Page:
Son of a Gun, 2014.
Directed by Julius Avery.
Starring Ewan McGregor, Brenton Thwaites, Alicia Vikander, Jacek Koman, Matt Nable, Tom Budge and Nash Edgerton.
JR busts out of prison with Brendan Lynch, Australia’s most notorious criminal, and joins Lynch’s gang for a gold heist that soon pits the two men against one another.
The grittiness of prison life is shown from the very start of Julius Avery’s debut feature film Son of a Gun. We’re introduced to 19 year old JR (Thwaites) as he enters a maximum security prison in Australia. We don’t know what he has done but an allegiance is quickly formed with notorious criminal Brendan Lynch (McGregor). After being released from prison, JR helps break Brendan out and chaos ensues.
Son of a Gun is visually stunning to watch. Cinematographer Nigel Bluck has outdone himself by showing the desolate areas of Australia, the baron rocks and all-consuming dust. Avery also demonstrates that he is a talent to watch as Son of A Gun moves at a great pace and the action sequences are directed with lightning intensity. From the prison escape through to a car chase throughout the streets; Avery doesn’t let the tension drop.
The same can’t be said for the plot of the film. Whilst hugely enjoyable to watch there is nothing in this film that we’ve not seen before. As soon as Brendan is free, it’s obvious how the tale will unfold and although this didn’t hinder my enjoyment of the film, it doesn’t make it ground breaking. A love story between JR and Tasha (Vikander) feels shoe horned into the film and it would have been much more interesting to watch the men struggle against each other instead of adding a love interest. Vikander’s performance suffers as her character is hugely underwritten.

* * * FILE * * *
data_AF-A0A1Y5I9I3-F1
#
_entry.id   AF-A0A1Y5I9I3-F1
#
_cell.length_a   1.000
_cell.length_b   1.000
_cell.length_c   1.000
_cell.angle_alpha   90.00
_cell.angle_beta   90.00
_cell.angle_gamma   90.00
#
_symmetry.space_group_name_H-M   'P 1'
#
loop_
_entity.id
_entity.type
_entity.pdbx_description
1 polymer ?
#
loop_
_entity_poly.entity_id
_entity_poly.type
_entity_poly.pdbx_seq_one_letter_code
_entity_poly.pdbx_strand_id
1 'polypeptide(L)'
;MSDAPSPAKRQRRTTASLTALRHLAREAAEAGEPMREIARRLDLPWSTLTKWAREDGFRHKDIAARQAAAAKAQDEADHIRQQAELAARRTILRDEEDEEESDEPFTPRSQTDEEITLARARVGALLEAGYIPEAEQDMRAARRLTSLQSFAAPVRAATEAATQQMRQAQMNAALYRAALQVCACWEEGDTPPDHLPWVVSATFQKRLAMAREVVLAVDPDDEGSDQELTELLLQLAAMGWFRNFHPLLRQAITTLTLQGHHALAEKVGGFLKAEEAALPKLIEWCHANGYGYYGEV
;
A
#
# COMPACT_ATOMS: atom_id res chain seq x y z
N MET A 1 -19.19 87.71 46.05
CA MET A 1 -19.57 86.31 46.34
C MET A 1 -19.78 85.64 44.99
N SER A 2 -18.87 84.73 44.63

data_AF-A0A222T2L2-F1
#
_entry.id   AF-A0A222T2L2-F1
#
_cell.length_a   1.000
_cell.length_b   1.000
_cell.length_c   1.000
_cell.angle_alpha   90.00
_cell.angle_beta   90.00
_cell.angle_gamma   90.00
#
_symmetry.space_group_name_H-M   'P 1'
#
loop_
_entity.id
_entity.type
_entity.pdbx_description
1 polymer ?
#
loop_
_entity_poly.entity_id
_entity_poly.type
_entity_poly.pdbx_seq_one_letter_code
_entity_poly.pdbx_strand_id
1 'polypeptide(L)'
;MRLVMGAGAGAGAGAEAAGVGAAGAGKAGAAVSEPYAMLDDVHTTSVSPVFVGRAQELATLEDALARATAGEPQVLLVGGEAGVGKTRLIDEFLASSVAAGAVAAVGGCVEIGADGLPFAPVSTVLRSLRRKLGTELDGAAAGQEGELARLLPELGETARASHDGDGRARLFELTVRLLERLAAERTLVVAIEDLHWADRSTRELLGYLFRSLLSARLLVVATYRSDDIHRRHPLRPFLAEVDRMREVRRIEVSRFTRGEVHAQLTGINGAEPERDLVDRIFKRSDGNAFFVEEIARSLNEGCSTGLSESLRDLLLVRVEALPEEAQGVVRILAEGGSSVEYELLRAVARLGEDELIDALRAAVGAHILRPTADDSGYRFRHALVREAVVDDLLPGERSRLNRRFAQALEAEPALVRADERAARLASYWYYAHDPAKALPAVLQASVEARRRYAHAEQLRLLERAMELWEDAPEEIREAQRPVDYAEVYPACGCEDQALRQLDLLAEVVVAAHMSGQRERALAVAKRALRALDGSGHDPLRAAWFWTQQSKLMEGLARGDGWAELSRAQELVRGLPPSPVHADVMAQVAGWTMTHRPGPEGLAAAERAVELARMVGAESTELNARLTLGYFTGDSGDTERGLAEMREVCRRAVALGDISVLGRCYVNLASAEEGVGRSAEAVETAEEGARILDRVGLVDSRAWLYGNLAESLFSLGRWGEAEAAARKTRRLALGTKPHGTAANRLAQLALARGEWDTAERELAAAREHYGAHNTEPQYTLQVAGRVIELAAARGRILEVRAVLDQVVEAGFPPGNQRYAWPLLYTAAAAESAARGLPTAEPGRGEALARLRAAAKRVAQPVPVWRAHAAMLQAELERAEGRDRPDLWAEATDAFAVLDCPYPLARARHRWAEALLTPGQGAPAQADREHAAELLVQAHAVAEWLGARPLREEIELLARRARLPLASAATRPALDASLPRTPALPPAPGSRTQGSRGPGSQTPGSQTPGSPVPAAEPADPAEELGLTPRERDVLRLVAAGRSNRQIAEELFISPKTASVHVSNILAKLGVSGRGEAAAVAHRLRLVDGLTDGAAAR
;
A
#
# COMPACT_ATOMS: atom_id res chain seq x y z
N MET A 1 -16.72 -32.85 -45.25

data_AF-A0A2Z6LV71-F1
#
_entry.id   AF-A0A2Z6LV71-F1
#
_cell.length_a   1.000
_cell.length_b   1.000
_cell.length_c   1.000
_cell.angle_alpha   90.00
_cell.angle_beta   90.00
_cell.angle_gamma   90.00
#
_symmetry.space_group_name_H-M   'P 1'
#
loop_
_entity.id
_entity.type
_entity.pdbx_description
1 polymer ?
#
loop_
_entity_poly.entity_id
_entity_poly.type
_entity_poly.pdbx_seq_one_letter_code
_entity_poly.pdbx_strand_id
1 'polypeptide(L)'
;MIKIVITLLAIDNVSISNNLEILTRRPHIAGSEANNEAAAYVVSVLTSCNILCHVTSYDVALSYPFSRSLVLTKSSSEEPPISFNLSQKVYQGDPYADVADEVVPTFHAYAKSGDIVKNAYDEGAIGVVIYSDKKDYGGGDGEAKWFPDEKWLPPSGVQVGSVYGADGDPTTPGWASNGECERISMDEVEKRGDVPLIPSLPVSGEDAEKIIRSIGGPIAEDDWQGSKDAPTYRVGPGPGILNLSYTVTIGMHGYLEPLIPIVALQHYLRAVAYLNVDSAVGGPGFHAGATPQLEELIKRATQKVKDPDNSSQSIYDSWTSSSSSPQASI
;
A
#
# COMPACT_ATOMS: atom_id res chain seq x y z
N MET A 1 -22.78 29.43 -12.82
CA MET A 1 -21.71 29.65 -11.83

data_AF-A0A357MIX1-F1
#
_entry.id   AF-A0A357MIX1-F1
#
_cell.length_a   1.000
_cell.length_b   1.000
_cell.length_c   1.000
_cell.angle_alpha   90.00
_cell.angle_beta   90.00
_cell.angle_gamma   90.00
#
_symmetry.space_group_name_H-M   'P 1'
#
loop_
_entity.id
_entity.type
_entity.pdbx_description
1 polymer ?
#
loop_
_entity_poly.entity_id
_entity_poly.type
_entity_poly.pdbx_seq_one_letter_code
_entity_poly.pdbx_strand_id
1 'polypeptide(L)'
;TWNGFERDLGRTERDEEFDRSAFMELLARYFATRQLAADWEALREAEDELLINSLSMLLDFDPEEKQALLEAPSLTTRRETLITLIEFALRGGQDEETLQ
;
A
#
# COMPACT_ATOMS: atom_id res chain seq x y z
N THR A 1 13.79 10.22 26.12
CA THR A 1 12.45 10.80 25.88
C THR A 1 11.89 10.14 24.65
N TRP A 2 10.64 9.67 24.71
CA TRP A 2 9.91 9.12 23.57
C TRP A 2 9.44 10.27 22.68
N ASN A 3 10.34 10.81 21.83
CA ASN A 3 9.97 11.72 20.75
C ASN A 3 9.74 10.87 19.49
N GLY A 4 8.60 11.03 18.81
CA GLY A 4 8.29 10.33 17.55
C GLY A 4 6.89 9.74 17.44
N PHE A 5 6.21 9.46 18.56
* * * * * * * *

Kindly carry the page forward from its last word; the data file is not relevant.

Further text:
Brenton Thwaites does well as the naïve JR, starting as a terrified boy in prison and becoming a man who can go toe to toe with Brendan. The real start of the film is McGregor as Brendan. His intense performance is what makes it stand out from a generic crime drama. Brendan is slightly unhinged, physically menacing, violent and yet he also has a sense of honour. McGregor once again demonstrates why he is one of the best actors working and that he isn’t afraid to push himself and take on something new – his next film Last Days in the Desert will see him diversify even further.
Son of a Gun is an impressive debut from Avery and it shows that Australian cinema is on the rise once again.
Flickering Myth Rating – Film: ★ ★ ★ ★ / Movie: ★ ★ ★ ★
Helen Murdoch is a freelance writer – Follow me on Twitter